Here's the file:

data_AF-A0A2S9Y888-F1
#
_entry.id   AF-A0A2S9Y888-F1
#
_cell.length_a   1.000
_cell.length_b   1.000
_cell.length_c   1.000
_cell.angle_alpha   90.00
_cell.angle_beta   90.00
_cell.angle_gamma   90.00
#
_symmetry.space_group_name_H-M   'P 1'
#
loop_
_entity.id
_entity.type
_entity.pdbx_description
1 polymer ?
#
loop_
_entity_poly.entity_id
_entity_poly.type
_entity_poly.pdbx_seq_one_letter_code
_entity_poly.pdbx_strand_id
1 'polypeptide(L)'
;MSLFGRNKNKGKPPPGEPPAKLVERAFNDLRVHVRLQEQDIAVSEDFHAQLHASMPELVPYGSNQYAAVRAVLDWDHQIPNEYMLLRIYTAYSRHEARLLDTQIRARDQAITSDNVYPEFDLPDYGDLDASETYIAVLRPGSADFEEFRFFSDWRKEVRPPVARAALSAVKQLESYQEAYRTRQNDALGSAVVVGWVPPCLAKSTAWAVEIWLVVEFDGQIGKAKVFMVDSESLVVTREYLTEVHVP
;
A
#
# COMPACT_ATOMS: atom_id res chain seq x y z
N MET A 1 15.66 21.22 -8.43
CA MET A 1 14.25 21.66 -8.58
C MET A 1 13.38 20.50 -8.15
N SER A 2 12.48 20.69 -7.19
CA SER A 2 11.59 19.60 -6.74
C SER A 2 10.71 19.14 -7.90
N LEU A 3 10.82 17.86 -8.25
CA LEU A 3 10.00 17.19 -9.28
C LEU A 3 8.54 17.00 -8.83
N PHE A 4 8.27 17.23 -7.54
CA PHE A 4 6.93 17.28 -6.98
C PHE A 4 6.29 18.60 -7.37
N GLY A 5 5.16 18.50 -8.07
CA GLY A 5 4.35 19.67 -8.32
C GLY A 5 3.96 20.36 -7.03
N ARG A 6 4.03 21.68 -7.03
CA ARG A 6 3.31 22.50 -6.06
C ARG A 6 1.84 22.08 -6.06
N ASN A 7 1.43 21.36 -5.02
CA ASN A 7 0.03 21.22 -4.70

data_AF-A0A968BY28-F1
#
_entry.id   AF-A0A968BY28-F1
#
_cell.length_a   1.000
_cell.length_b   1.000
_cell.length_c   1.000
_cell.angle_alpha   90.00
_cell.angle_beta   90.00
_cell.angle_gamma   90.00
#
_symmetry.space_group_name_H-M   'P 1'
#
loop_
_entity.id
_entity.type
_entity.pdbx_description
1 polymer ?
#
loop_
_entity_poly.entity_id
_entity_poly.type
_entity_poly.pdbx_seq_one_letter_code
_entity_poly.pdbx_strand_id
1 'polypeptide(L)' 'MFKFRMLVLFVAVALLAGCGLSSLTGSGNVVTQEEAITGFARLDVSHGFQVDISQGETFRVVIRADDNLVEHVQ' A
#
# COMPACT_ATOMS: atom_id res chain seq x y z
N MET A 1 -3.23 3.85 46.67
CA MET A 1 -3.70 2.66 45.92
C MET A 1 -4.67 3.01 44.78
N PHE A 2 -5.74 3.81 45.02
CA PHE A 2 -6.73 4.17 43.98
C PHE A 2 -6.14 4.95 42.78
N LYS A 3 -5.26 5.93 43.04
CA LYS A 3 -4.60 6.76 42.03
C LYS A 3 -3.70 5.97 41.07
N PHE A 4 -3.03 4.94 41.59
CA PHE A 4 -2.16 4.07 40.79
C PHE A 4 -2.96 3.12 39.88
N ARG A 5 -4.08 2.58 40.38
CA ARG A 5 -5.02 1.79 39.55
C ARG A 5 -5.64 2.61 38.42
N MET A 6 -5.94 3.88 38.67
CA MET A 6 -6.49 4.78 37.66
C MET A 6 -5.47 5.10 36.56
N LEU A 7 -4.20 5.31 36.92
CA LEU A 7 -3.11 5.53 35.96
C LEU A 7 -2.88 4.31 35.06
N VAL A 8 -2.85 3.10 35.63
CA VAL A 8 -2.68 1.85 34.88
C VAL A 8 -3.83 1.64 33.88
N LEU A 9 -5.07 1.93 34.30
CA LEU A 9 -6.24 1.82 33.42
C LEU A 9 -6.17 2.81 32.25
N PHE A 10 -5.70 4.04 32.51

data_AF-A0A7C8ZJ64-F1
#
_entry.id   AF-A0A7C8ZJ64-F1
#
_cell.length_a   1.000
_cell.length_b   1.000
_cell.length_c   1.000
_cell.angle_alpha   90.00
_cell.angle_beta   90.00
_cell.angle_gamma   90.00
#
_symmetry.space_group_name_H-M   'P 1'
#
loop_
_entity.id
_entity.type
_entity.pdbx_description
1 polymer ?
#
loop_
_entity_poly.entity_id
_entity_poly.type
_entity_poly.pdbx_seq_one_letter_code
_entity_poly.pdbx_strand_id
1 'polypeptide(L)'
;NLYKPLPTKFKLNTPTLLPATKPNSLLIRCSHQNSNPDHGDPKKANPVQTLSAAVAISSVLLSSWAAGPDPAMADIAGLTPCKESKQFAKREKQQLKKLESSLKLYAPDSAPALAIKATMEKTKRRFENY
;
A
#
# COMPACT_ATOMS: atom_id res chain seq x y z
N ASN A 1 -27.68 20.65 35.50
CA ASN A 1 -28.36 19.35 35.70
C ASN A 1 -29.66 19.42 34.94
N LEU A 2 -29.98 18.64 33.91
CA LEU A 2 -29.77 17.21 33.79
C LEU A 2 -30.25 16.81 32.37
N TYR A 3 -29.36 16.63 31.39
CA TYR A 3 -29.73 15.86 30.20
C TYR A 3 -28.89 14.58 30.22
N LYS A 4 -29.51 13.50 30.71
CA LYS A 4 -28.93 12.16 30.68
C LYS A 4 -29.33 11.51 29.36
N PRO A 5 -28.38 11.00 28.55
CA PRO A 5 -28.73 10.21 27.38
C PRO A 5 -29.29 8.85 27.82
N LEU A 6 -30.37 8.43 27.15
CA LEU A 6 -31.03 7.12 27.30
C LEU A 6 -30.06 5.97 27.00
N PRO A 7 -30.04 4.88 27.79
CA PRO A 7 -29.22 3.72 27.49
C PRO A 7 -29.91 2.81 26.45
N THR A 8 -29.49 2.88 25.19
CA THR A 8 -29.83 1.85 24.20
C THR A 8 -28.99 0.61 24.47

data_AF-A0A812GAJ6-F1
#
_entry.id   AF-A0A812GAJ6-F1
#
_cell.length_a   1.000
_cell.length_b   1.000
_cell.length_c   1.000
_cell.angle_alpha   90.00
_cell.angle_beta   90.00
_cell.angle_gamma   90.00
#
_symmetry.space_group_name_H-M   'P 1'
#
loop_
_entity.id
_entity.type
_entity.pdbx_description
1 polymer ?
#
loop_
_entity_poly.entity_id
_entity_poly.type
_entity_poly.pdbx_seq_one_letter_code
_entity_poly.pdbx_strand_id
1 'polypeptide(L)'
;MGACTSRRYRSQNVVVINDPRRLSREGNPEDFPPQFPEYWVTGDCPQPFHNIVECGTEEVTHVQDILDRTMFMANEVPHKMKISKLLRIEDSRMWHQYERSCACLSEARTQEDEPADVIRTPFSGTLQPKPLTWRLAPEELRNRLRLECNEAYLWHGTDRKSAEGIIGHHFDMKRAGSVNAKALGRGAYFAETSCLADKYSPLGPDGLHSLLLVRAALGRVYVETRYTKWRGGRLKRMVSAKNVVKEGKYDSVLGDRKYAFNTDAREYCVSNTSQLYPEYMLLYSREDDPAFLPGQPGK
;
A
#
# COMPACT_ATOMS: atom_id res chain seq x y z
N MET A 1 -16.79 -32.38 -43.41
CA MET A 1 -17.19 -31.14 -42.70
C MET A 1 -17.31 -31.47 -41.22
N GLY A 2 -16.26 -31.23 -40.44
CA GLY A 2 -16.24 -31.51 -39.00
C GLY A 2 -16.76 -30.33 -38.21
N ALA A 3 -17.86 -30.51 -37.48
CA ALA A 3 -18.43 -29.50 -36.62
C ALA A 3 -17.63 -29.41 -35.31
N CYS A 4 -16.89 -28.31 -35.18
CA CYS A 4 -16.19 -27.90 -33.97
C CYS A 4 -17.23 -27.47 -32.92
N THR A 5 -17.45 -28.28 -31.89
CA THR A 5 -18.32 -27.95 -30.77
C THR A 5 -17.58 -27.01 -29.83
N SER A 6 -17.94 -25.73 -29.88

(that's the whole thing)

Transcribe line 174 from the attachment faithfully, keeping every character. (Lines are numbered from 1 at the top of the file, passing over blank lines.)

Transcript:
_entity.id